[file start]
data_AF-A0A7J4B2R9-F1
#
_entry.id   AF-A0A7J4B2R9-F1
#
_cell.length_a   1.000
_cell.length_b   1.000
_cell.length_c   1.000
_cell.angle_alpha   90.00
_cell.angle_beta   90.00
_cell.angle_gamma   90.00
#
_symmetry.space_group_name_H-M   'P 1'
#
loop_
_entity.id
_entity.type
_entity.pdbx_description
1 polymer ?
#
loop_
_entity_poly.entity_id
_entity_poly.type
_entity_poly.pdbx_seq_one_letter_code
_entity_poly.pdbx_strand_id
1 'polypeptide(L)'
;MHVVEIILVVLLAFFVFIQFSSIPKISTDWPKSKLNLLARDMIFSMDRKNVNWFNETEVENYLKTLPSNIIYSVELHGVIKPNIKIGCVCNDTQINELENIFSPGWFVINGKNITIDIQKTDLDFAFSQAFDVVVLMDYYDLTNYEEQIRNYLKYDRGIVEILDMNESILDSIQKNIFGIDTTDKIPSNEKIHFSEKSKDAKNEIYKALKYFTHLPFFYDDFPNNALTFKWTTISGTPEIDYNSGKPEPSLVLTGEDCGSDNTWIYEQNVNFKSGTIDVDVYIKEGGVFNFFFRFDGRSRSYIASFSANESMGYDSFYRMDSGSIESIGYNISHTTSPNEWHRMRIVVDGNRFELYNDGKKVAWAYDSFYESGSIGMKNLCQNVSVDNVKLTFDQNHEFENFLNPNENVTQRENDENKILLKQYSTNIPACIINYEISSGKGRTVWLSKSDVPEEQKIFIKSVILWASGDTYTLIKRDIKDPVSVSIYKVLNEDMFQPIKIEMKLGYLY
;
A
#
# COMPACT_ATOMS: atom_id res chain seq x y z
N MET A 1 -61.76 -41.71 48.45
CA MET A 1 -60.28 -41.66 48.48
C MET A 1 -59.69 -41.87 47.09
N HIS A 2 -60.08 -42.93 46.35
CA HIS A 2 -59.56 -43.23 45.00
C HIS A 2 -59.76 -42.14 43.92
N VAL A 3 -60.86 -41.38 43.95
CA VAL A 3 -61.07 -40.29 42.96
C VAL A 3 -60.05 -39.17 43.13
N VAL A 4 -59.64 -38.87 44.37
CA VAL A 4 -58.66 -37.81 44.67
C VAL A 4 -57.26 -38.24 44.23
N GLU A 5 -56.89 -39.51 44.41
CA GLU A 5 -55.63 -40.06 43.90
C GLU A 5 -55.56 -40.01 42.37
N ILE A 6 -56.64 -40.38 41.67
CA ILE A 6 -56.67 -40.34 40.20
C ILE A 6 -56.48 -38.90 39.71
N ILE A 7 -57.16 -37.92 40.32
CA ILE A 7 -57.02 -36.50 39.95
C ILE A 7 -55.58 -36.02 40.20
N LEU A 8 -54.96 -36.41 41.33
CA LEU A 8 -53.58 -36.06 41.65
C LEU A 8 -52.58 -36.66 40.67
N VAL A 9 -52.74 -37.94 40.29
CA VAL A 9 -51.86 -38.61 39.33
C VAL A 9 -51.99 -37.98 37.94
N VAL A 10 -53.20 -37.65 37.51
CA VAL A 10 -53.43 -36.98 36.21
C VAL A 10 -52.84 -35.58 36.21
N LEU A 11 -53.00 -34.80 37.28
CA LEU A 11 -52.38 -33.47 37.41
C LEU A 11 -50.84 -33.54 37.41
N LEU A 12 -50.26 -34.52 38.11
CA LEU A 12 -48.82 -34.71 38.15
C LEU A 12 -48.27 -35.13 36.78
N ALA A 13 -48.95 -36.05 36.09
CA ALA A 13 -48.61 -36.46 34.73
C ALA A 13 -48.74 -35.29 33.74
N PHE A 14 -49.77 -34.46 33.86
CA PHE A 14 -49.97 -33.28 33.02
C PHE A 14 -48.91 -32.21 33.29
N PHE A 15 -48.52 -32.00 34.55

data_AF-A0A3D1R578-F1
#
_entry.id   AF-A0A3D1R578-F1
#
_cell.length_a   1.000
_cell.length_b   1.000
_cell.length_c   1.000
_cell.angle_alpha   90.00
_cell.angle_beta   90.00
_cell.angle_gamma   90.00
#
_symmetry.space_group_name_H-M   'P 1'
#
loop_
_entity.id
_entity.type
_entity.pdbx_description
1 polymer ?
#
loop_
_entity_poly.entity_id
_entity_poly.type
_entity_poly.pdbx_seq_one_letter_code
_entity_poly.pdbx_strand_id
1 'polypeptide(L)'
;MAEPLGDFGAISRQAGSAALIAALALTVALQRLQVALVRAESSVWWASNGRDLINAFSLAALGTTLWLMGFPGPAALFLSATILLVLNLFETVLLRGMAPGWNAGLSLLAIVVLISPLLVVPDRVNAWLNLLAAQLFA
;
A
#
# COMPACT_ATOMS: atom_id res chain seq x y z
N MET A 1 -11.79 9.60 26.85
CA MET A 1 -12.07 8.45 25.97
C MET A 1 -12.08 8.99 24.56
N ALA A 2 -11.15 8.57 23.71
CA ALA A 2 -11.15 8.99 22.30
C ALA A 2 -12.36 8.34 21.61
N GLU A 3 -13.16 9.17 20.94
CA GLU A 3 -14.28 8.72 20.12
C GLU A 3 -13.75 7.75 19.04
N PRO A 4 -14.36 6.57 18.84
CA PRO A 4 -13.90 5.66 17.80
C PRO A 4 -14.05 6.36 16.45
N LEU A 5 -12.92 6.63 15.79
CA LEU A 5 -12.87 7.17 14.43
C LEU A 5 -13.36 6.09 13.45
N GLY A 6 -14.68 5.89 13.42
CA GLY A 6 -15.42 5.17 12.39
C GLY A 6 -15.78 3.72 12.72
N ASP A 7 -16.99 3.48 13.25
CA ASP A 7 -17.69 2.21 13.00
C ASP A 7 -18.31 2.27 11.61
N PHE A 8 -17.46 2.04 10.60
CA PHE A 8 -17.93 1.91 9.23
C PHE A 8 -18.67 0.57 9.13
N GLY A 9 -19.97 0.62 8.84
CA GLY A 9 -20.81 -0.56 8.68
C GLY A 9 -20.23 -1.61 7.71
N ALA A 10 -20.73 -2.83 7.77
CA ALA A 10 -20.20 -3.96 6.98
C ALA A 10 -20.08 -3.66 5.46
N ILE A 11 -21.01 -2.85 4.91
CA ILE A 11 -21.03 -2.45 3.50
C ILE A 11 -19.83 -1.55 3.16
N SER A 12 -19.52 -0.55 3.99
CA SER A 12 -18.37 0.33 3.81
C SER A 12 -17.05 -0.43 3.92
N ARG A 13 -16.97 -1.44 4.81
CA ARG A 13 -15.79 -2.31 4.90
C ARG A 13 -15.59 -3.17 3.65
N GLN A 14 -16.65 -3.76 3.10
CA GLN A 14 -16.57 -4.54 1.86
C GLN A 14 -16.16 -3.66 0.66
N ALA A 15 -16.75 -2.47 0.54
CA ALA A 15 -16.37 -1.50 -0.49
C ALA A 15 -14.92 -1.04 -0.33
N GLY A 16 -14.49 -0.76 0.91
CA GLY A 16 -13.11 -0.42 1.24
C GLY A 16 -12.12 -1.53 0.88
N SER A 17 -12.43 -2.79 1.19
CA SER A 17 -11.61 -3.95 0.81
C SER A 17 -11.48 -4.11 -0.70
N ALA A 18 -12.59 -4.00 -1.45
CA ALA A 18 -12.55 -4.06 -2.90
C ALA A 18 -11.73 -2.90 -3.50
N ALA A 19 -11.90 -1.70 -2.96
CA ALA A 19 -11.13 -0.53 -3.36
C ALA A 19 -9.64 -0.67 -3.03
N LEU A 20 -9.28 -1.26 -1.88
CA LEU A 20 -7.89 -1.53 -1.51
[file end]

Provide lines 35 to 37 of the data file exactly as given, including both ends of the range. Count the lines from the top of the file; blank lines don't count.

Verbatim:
CA HIS A 2 -59.56 -43.23 45.00
C HIS A 2 -59.76 -42.14 43.92
N VAL A 3 -60.86 -41.38 43.95